Friday, December 16, 2005

I absolutely love this time of the year. I love the family time, the food, the decorations, the music, the feeling. I'm not especially religious, and waffle on my beliefs. (I blame that partially on my upbringing in a liberal protestant church mixed with conservative parochial school. Got some mixed messages at a young age.) But during the advent season, I find myself drawn to the church, although this year the draw hasn't been enough to actually get me into one. Maybe Christmas Eve or Day or both. I love the advent wreath and candles and the readings leading up to Christmas. Now that I have a child, the whole birth of Jesus is especially poignant. As a child, I always romanticized the birth in a stable...nice clean hay, a cozy little stable, a few fluffy sheep hanging about. As an adult, I realize what it truly would have been like...smelly, dirty, cold at night, hot during the day. And there was the birthplace of a child, to a young woman, probably scared out of her wits. Did she have anyone else in attendance? Would a local midwife or relative of her husband's have been there? I doubt Joseph would have been. Even today, it's not common for middle-eastern husbands to attend births. (Although an Egyptian student I know did stay in the delivery room for his daughter's birth last year and was so happy he did. He told all his male friends and relatives about it and encouraged them to do the same. Way cool.)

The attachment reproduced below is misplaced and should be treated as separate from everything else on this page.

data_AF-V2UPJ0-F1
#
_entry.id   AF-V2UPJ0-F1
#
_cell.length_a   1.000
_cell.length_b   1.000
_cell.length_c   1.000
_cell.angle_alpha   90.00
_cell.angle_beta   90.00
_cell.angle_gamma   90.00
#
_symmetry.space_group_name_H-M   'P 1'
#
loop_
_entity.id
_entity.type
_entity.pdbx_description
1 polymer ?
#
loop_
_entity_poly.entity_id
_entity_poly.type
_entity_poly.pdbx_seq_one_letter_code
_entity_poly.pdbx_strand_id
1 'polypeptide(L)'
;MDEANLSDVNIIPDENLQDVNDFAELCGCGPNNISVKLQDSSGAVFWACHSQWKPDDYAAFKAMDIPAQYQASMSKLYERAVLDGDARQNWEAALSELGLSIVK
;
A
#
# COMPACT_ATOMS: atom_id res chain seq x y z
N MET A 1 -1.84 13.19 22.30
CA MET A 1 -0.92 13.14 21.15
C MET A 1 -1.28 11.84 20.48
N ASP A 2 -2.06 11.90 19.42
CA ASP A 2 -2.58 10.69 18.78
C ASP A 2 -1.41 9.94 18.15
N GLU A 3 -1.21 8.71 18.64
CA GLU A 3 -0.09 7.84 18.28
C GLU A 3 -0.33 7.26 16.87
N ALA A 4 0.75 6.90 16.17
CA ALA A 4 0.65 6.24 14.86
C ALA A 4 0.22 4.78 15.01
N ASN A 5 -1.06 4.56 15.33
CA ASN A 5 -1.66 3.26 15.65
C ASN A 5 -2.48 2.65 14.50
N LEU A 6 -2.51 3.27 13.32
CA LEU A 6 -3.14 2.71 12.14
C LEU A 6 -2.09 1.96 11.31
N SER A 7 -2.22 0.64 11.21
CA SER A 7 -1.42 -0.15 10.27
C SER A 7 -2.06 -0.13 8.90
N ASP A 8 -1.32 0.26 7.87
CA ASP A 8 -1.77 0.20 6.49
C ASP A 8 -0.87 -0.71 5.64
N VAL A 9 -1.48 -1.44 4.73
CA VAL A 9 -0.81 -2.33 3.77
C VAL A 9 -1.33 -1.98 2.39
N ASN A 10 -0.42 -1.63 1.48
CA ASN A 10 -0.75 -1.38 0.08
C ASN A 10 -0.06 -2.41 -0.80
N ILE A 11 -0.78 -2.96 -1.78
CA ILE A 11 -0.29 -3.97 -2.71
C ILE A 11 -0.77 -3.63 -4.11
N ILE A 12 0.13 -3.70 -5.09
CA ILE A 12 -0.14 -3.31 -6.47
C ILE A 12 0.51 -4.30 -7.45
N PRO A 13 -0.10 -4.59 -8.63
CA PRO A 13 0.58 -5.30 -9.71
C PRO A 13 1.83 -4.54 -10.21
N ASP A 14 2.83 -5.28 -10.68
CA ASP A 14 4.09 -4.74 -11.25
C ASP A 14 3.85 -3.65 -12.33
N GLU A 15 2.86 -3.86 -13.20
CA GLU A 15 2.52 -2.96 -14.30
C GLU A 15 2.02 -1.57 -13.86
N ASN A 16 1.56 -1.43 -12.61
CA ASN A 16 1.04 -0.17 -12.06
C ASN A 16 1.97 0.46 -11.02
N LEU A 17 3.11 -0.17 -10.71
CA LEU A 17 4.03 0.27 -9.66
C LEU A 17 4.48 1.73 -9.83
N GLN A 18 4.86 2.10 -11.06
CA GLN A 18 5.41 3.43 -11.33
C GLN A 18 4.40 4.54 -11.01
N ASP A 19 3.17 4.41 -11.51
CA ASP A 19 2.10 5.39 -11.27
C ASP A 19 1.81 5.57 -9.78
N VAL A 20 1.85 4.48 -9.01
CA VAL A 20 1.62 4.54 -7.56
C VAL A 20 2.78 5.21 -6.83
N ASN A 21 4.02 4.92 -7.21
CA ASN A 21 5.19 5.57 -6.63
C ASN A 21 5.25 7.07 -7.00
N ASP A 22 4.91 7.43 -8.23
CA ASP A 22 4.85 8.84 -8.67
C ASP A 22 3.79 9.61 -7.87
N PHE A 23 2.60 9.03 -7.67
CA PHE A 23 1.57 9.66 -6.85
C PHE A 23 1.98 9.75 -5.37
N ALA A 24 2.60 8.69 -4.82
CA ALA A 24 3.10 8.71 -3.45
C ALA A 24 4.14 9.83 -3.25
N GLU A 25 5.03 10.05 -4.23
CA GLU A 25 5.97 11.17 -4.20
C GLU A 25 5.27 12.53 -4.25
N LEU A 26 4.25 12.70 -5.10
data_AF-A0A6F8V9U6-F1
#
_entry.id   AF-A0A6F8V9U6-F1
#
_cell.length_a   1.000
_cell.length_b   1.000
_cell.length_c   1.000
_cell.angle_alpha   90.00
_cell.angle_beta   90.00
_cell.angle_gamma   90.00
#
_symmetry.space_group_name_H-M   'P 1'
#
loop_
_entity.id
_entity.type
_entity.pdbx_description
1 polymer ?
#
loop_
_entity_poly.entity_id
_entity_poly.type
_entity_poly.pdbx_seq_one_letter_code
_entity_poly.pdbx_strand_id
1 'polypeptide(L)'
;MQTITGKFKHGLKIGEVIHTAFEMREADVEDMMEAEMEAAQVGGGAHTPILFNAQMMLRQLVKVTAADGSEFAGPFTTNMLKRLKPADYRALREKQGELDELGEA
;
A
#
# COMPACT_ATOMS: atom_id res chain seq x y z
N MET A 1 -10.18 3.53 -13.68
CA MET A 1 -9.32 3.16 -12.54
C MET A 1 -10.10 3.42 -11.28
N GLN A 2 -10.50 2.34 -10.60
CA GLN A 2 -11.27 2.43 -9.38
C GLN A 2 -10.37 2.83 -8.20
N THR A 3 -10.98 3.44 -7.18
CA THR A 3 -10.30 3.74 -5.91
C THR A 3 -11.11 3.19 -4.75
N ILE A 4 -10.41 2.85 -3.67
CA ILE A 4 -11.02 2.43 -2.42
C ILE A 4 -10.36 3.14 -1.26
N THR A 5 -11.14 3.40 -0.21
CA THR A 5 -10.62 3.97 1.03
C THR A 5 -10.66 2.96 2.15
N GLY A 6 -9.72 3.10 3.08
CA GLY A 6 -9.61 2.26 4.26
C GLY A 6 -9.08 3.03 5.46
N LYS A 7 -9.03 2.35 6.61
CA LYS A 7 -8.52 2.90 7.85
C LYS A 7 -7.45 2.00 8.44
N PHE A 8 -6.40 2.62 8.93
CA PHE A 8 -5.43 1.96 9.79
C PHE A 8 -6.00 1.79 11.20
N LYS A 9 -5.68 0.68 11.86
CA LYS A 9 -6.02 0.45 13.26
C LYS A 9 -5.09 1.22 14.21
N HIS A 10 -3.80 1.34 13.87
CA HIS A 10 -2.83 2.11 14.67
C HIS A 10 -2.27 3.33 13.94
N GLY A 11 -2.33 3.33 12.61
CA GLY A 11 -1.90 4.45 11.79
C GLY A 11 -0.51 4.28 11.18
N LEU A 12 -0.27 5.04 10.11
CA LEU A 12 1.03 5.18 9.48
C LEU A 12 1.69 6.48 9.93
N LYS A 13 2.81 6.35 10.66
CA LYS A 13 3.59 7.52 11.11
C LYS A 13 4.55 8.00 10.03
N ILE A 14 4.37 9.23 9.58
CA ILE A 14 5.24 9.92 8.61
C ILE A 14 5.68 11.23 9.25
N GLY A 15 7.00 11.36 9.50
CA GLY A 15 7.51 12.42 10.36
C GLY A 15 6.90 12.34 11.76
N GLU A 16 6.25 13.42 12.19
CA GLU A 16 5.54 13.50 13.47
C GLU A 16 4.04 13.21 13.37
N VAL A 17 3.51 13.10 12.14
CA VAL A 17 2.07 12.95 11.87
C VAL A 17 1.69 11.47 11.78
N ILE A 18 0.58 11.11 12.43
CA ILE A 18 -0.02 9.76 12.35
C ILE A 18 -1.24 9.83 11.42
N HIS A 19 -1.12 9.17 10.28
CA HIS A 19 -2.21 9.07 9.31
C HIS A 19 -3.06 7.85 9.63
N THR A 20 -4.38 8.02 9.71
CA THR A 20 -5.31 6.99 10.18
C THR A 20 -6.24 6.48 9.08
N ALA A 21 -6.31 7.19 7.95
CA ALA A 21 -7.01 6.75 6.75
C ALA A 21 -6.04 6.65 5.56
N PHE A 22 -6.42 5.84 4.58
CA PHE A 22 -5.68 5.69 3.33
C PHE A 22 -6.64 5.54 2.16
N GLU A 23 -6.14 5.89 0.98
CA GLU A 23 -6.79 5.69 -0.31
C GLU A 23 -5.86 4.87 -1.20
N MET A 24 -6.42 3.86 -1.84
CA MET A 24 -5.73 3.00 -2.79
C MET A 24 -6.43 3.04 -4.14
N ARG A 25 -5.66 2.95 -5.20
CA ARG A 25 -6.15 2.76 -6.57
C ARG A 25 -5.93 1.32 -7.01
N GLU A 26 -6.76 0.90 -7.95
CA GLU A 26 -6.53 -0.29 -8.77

I especially love traditional Christmas hymns. My preference: those written or arranged by Rutter. I have a Rutter CD that I play nearly nonstop during the holidays. My favorite on it is "In the Bleak Midwinter". The lines "Breastful of milk, and a mangerful of hay; Enough for Him, Whom angels fall before" always hits me. There was the holy child, the Creator in human form, and all he had and all he needed needed were milk and a place to lie. Humble needs indeed. Needs no different from any other newborn.

Another favorite is "'Twas in the Moon of Wintertime". The images it presents are beautiful, although I have issues with its origins (a Jesuit missionary in Canada who converted Native Americans to Christianity wrote the lyrics.) The history of the hymn is interesting, though. Most of the Hurons were wiped out, yet the song was preserved and now is considered a treasure.

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